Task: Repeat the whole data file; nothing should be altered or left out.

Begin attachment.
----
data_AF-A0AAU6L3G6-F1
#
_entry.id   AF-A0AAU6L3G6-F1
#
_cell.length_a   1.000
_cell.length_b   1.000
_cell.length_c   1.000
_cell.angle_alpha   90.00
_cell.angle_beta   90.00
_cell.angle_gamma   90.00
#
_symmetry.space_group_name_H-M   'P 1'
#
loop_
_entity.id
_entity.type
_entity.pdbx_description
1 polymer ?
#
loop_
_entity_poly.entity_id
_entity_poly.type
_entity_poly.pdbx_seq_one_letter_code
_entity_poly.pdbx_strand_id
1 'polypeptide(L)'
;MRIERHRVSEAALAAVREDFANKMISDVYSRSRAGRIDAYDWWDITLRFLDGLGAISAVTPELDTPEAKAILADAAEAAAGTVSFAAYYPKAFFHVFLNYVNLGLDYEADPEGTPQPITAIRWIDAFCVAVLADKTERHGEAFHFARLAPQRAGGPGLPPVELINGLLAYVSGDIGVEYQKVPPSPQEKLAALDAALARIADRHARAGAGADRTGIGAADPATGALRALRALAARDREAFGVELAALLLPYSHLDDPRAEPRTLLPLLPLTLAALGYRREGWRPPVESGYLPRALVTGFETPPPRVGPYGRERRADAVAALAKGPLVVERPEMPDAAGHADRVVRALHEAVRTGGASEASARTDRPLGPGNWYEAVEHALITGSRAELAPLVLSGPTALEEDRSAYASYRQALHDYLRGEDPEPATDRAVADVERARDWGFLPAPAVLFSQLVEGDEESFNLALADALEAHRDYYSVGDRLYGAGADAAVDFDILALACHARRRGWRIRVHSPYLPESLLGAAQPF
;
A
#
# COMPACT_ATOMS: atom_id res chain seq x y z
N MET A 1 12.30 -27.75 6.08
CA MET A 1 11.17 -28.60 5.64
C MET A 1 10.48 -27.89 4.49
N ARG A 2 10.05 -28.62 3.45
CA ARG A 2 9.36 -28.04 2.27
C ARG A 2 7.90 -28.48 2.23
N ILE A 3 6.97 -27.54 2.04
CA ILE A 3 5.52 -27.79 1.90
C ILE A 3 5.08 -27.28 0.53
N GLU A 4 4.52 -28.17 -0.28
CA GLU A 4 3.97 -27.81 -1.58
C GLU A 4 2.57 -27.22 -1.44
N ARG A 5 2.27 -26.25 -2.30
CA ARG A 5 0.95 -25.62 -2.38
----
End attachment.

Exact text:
data_AF-A0AAU6L3G6-F1
#
_entry.id   AF-A0AAU6L3G6-F1
#
_cell.length_a   1.000
_cell.length_b   1.000
_cell.length_c   1.000
_cell.angle_alpha   90.00
_cell.angle_beta   90.00
_cell.angle_gamma   90.00
#
_symmetry.space_group_name_H-M   'P 1'
#
loop_
_entity.id
_entity.type
_entity.pdbx_description
1 polymer ?
#
loop_
_entity_poly.entity_id
_entity_poly.type
_entity_poly.pdbx_seq_one_letter_code
_entity_poly.pdbx_strand_id
1 'polypeptide(L)'
;MRIERHRVSEAALAAVREDFANKMISDVYSRSRAGRIDAYDWWDITLRFLDGLGAISAVTPELDTPEAKAILADAAEAAAGTVSFAAYYPKAFFHVFLNYVNLGLDYEADPEGTPQPITAIRWIDAFCVAVLADKTERHGEAFHFARLAPQRAGGPGLPPVELINGLLAYVSGDIGVEYQKVPPSPQEKLAALDAALARIADRHARAGAGADRTGIGAADPATGALRALRALAARDREAFGVELAALLLPYSHLDDPRAEPRTLLPLLPLTLAALGYRREGWRPPVESGYLPRALVTGFETPPPRVGPYGRERRADAVAALAKGPLVVERPEMPDAAGHADRVVRALHEAVRTGGASEASARTDRPLGPGNWYEAVEHALITGSRAELAPLVLSGPTALEEDRSAYASYRQALHDYLRGEDPEPATDRAVADVERARDWGFLPAPAVLFSQLVEGDEESFNLALADALEAHRDYYSVGDRLYGAGADAAVDFDILALACHARRRGWRIRVHSPYLPESLLGAAQPF
;
A
#
# COMPACT_ATOMS: atom_id res chain seq x y z
N MET A 1 12.30 -27.75 6.08
CA MET A 1 11.17 -28.60 5.64
C MET A 1 10.48 -27.89 4.49
N ARG A 2 10.05 -28.62 3.45
CA ARG A 2 9.36 -28.04 2.27
C ARG A 2 7.90 -28.48 2.23
N ILE A 3 6.97 -27.54 2.04
CA ILE A 3 5.52 -27.79 1.90
C ILE A 3 5.08 -27.28 0.53
N GLU A 4 4.52 -28.17 -0.28
CA GLU A 4 3.97 -27.81 -1.58
C GLU A 4 2.57 -27.22 -1.44
N ARG A 5 2.27 -26.25 -2.30
CA ARG A 5 0.95 -25.62 -2.38